Leaps & Bounds is an excellent pre-school and nursery in Edgbaston, Birmingham (B16). As such, it’s also ideally located if you are searching for pre-schools or childcare nurseries near Harborne, Ladywood, Bearwood or Smethwick. Babies, toddlers and preschoolers absolutely thrive at the setting and we even have our own Forest School, where children get to benefit and learn from nature. One of our most important goals for every child is also to ensure they are school-ready by the time they leave us around the age of 5. If you have any questions, would like to bring your child for a visit or would simply like to apply for a place, please get in touch:

Free Childcare Grant for Students

A free childcare grant is available to eligible students who are also parents.Did you know that there is a free childcare grant available to students who are also parents? This could be a game-changer for you if you are thinking about enrolling in a further education course and have a child. One major consideration will be that you’ll need to arrange childcare for your child while you are learning, so you can give your course your full attention while in attendance. However, childcare costs money, so may be a real concern. Indeed, it could be a deciding factor as to whether the whole studying idea is even viable.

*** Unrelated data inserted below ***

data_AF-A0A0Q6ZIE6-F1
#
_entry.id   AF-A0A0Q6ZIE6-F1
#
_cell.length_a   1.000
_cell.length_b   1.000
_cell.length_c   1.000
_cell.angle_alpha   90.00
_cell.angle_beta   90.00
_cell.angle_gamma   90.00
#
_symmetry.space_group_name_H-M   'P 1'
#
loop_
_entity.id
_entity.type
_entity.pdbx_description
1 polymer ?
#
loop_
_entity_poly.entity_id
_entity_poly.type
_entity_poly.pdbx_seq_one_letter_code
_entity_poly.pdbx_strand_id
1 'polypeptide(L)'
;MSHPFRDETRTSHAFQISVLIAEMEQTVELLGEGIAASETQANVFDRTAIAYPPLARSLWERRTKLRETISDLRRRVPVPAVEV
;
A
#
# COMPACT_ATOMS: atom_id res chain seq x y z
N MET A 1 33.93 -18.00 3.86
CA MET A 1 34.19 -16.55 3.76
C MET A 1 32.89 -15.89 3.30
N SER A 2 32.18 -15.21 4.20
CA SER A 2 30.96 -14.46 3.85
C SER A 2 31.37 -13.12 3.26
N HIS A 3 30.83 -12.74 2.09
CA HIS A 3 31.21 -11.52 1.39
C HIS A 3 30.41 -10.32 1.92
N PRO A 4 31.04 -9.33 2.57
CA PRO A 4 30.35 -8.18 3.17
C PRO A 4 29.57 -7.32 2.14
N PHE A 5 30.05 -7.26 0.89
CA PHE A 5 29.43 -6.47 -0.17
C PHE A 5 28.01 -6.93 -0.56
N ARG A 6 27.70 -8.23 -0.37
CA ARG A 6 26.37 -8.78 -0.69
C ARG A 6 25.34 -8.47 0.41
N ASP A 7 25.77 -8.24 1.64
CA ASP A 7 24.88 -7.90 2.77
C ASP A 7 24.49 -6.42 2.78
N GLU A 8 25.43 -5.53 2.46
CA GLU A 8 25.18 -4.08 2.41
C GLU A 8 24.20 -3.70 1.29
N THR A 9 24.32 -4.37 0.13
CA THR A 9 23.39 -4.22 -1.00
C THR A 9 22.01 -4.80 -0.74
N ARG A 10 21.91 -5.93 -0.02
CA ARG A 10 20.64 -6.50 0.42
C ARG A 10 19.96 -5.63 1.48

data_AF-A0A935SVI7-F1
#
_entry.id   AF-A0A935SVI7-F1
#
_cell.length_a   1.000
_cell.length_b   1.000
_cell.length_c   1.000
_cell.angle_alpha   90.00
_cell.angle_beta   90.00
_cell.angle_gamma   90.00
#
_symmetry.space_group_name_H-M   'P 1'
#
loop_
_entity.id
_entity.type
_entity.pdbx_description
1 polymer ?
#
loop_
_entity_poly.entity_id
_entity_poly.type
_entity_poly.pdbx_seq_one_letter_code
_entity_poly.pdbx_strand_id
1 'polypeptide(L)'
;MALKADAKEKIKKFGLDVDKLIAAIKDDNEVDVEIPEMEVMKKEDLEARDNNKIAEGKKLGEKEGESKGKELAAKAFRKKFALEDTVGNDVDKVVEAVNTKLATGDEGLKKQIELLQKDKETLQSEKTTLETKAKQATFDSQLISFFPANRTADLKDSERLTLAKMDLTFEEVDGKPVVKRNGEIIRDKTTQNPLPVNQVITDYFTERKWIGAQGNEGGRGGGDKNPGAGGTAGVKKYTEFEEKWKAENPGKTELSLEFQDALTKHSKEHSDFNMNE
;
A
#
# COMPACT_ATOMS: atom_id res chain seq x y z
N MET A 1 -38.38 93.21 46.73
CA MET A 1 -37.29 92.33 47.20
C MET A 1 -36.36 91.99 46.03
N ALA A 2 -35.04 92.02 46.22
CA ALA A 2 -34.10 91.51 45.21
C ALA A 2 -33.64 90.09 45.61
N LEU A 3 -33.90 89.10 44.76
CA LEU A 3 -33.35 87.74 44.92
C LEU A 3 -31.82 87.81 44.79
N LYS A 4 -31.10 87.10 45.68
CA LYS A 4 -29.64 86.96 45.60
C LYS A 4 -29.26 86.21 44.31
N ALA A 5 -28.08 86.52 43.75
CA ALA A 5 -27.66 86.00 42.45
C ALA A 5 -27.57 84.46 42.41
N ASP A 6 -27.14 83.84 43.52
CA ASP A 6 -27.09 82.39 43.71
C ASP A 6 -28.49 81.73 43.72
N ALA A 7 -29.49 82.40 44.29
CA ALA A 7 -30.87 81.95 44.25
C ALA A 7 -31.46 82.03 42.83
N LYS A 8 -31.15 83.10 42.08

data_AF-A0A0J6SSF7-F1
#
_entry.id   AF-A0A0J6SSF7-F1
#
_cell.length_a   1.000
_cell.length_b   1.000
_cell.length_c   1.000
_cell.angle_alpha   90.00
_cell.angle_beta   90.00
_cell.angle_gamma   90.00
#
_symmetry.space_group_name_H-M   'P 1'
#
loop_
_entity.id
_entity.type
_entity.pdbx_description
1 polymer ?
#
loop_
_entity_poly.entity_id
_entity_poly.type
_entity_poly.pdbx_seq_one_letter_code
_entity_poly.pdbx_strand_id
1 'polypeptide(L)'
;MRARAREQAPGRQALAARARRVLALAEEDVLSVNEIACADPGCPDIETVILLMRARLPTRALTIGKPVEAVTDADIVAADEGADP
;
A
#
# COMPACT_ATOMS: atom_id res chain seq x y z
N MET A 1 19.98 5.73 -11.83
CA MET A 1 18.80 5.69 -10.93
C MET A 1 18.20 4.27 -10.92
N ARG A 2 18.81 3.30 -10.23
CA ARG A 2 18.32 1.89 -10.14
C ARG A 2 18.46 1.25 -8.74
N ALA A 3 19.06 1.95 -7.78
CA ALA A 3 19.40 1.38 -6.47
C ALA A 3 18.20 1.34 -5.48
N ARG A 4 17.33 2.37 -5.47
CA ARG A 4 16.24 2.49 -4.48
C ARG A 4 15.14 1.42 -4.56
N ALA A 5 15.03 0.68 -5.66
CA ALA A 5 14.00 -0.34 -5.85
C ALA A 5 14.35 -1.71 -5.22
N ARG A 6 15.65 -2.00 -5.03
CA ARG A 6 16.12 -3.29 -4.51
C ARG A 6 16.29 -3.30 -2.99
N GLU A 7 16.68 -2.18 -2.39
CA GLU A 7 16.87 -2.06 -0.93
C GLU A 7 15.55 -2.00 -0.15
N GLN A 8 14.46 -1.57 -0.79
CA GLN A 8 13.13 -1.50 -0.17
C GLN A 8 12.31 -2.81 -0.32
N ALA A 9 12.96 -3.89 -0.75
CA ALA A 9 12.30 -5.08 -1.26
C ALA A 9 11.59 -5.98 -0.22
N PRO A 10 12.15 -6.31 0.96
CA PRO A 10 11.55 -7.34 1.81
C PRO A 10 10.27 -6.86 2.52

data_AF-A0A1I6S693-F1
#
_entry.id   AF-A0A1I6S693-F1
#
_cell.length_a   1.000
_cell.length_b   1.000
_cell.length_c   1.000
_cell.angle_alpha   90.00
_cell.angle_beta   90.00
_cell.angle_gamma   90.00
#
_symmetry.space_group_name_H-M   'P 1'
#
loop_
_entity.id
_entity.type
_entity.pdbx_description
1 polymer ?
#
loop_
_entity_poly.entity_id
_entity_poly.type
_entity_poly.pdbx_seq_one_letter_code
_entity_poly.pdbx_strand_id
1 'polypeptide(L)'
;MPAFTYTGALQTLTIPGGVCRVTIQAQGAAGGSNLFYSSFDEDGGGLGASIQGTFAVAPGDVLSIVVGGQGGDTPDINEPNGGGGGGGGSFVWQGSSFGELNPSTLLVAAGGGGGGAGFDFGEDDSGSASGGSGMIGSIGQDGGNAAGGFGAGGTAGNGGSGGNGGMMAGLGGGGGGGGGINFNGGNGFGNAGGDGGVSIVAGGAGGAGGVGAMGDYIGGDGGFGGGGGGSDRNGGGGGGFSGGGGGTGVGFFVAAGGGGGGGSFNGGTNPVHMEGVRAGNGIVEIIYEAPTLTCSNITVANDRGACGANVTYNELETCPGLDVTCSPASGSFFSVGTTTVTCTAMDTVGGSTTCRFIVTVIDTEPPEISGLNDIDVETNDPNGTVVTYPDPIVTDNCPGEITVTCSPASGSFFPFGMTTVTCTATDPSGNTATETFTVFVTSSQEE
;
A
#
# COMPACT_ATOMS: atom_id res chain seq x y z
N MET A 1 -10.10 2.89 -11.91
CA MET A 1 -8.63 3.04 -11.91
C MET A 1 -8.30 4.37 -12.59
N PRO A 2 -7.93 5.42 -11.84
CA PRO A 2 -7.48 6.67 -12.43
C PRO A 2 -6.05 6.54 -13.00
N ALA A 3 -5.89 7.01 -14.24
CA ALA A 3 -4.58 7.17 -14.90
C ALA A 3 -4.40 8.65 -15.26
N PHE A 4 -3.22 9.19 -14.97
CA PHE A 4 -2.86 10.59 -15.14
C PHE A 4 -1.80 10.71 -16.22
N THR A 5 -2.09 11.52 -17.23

Well, there is good news for undergraduate students who have a child under the age of 15 (17 if they have special educational needs). Under a UK Government scheme, you may be eligible for a grant to cover a big chunk of your childcare costs and, actually, it’s quite generous.

How Much is the Childcare Grant for Students?

Eligible students can get a grant worth up to 85% of their childcare costs.Eligible students can get a grant worth up to 85% of their childcare costs during study. Even better — it does not need to be paid back and is in addition to other student finance. One of the stipulations, in fact, is that you must be eligible for student finance in order to be eligible for a student Childcare Grant.